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Vince Staples - FM! (Album Review)

Friday, 09 November 2018 Written by Jonathan Rimmer

There's something jarring about hearing 'FM!', California rapper Vince Staples’ latest record, for the first time. That's not to say it's gratingly abstract or experimental – if anything, it's the opposite as we're treated to a series of trap and hyphy-inspired cuts over the course of 22 minutes. It's a bitesize project from an artist who made his name with a double album, 'Summertime 06', and last year's futuristic 'Big Fish Theory'.

But nothing Staples ever throws out is ever truly disposable, even when he appears to suggest so himself. Quoted in its press release, Staples described the record as “no concepts, no elaborate schemes, just music”. However, even that's not entirely true given the album's structure. In essence, 'FM!' is sequenced in the form of a radio playlist, with staged interludes and recurring skits from local DJ Big Boy.

The tracks themselves are brief, bassy and hook-driven, designed to – as Dead End Hip Hop critic would put it – “bump in the whip”. And make no mistake about it: these are some of Staples' catchiest and bounciest verses ever.

His “who 'bout that life?” gangland call-out on Outside is uncomfortably infectious, and he invokes his Long Beach hero Snoop Dogg on Run the Bands by skipping playfully over sinister bell-like synths.

If his delivery seems incongruous with the surrounding production, it's worth considering that nothing Staples does is ever fully straightforward. For example, it at first it appears a practical mistake to release a project that depicts “summertime in the LB” at the start of November. But Big Boy rationalises this in the album's intro: “Whatever day, vibe, month it is, it just feels like summer...it always feels like summer in the neighbourhood, man.”

Staples has a strong grasp of how to convey time and place in his music, whether that’s through his lyrics or sample choices. He paints an impressionistic picture of Long Beach, a perpetually hot resort-like coastal neighbourhood nevertheless beset with dangers. He describes having his “head on a swivel” on No Bleedin', assuring listeners he's always on high alert with rapid-fire rhyme patterns (“Feds on me, hit the gate, double back and hit the block, feds on me, skippin’ state, I'ma buy another spot”).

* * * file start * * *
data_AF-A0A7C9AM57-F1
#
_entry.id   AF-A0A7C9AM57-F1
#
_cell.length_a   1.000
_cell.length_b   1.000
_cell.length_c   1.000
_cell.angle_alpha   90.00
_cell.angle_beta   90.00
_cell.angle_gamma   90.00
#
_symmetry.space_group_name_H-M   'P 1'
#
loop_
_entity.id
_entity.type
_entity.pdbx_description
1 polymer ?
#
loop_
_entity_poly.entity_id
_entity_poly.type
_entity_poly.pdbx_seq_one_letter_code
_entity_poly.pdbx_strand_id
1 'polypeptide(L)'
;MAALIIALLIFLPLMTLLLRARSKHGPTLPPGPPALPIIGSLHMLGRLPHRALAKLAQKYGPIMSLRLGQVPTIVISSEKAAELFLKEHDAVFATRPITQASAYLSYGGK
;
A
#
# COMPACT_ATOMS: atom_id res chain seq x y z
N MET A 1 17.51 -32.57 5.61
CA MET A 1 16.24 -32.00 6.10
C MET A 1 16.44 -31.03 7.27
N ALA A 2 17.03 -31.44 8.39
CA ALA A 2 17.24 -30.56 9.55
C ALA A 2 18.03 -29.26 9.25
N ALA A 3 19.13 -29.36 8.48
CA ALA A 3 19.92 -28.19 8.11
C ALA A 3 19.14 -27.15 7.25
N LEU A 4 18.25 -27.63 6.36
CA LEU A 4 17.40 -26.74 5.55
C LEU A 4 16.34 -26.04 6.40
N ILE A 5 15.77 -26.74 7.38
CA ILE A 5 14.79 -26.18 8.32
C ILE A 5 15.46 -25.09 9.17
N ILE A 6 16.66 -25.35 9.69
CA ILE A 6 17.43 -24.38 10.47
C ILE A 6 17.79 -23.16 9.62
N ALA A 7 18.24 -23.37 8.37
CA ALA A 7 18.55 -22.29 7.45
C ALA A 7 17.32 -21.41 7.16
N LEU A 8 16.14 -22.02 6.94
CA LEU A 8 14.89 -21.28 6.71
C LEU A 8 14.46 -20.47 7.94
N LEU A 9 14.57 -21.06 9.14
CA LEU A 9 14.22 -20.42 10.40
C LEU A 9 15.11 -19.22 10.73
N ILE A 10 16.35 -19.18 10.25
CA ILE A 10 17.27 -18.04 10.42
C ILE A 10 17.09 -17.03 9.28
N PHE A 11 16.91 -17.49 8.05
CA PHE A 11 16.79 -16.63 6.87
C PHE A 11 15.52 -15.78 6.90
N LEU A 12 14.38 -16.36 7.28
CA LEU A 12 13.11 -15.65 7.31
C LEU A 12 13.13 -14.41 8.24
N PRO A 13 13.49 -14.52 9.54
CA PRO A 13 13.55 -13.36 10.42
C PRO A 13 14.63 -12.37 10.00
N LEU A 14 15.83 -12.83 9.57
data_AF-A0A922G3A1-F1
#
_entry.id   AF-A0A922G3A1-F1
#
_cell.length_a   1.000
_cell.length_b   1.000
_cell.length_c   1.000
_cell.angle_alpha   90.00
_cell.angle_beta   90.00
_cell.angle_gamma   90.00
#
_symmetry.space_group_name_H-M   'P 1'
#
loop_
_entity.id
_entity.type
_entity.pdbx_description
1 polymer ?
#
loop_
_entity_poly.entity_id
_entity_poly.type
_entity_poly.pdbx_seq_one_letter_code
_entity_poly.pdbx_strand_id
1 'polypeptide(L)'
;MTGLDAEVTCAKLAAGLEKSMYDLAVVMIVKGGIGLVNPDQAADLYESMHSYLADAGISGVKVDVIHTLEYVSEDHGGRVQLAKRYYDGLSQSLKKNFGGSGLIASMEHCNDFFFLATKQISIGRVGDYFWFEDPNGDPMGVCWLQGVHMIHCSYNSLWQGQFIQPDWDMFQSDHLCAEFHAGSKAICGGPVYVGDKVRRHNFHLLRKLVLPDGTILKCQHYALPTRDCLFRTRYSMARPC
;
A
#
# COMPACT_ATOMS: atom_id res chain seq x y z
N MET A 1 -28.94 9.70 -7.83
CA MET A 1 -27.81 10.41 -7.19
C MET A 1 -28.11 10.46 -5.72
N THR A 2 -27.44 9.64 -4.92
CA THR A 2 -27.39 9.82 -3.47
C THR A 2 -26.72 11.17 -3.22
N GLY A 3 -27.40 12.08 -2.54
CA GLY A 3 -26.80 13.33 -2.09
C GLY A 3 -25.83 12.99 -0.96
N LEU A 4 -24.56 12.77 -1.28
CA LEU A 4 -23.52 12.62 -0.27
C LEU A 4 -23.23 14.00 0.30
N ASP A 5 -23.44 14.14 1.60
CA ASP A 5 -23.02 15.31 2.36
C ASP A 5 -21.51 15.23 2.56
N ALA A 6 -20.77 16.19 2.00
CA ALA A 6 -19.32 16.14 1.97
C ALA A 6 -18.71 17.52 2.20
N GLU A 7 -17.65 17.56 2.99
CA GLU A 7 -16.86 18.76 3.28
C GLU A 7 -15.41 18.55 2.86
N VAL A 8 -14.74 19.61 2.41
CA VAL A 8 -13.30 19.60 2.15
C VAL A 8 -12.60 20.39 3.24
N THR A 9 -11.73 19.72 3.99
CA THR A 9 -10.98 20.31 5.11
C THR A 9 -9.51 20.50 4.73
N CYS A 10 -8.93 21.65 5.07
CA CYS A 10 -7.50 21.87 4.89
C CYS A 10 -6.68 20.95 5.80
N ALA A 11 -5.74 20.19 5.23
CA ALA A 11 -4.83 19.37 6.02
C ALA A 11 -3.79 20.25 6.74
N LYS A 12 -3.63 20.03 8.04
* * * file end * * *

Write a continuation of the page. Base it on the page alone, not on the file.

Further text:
And for all 'FM!' is short and lacking the verse quality we've come to expect from Staples, it's not really designed to stay the distance. He ultimately saves the best track for last – having depicted his exterior environment for most of the project, Tweakin' snaps back to his inner psyche as his delivery becomes increasingly tortured and rigid. He reflects on his last verse that “poor people gon' use this shit, might as well go and get used to it” and he's “tryna get rich, get everybody fed, but everybody dead”.

It's a reminder that even without “elaborate schemes”, his gut instinct isn't to romanticise the world he's grown up in but accurately represent a community that's had the spirit beat out of it. Staples attempts to show on 'FM!' he has the ability to switch it up and write radio-friendly rap hits, but you can't help but see his gradual reversion to social realist as less by fault than it is design.

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